Collaborative members and researchers Michelle Mello and Tom Gallagher, and Patient Liaison Leilani Schweitzer were panelists on a recent webinar hosted by The Risk Authority/Stanford University that I watched with great eagerness. They were discussing the results of several AHRQ Demonstration Projects published last year that revealed increasing success with Communication and Resolution Programs at several academic medical centers (50% reduction in claims in the early settlement programs at the Universities of Michigan, Illinois and Stanford) as well as with the limited reimbursement programs offered by three very progressive insurers (COPIC, Coverys, WVMIC).
What were the important takeaways from the webinar? Let me start with Leilani Schweitzer, who lost her son as a result of an adverse outcome at Stanford Hospital some years ago. Leilani felt that there is value in being transparent with patients and families when an adverse event occurs, that it tells patients that their experiences matter, and that shared organizational learnings about what happened helps patients find meaning in their suffering. She emphasized the importance of timely conversations to rebuild trust (in what are very intimate events for patients) as well as having a dedicated and skilled resource to turn to during a very difficult time. And she said what we know to be universally true, that patients and families want 3 things:
1. An apology for what has happened, including responsibility for what occurred
2. The dignity of an explanation
3. And improvements to patient safety
Patients can feel like strangers lost in a strange land, Leilani said, and doing nothing does a lot – and speaks volumes. Critically, she also said that sometimes just having answers is having a resolution – because it’s not solely about compensation – there is value in knowing what happened and why.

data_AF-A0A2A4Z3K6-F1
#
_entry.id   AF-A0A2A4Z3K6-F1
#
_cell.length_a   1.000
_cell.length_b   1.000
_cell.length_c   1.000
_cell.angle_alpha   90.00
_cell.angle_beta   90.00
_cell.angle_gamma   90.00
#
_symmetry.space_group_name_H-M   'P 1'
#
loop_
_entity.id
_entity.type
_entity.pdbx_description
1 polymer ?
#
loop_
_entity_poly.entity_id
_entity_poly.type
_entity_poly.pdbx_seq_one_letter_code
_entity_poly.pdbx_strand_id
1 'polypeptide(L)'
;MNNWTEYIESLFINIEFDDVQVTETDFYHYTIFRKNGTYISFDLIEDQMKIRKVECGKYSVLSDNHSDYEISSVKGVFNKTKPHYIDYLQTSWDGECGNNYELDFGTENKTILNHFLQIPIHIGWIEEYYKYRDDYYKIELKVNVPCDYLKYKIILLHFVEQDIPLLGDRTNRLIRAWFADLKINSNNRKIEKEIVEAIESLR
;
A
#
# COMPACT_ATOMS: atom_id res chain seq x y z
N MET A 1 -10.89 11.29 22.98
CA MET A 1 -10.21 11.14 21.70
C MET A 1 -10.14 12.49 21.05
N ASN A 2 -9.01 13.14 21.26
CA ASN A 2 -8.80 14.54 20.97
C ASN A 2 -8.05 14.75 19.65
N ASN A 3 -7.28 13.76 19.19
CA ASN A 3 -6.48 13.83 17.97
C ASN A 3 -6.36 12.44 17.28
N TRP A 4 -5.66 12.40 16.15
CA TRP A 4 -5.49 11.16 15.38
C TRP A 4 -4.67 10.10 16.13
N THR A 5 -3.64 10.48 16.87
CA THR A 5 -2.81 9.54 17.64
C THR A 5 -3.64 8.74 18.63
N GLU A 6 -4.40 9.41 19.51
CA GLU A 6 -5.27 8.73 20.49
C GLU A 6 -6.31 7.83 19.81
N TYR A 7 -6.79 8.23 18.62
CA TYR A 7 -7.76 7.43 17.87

Michelle Mello, a PhD/JD Professor of Law at Stanford Law School and Professor of Health Research and Policy at Stanford School of Medicine said that 2/3s of the opportunities for excellent communication following adverse events at the subject hospitals did not involve a breach of the standard of care – highlighting an important point. Many med/mal lawsuits are brought with tenuous liability connections (which is why the success rate of these types of suits is lower than in other civil actions) principally because no one at the healthcare provider explained what happened, although something did. By proactively reaching out to patients and families following an adverse event, the organization helps to rebuild the trust that is often damaged when one’s hopes and expectations about a successful outcome are not met.
Tom Gallagher, MD, who has been involved in the disclosure and transparency movement for over a decade, reported on the key lessons learnt from their review of the early resolution programs:
1. It’s a sprint followed by an ultra marathon – you need to devote adequate resources to ensure success
2. Most resistance will be passive, and will occur on the brink of implementation – best to be prepared for it
3. Physician engagement is the key to success – since the physicians are the individuals that the patients and families really want to hear from when something goes wrong
4. Can’t just dip your toe in the water – you also have to be vigilant about adverse event reporting, too (and Michelle Mello put it succinctly – “you have to go hard or go home” – running it in just one department won’t give you the numbers you need to show results)
5. More resources are becoming available to assist healthcare organizations set up Communication and Resolution Programs – things like the upcoming AHRQ CandOR (communication and optimal resolution) Tool Kit, the fabulous MACRMI website, the Collaborative and of course, chiResolutions – your best partner to help your organization design and implement a successful Communication and Resolution Program that fits your organizational culture.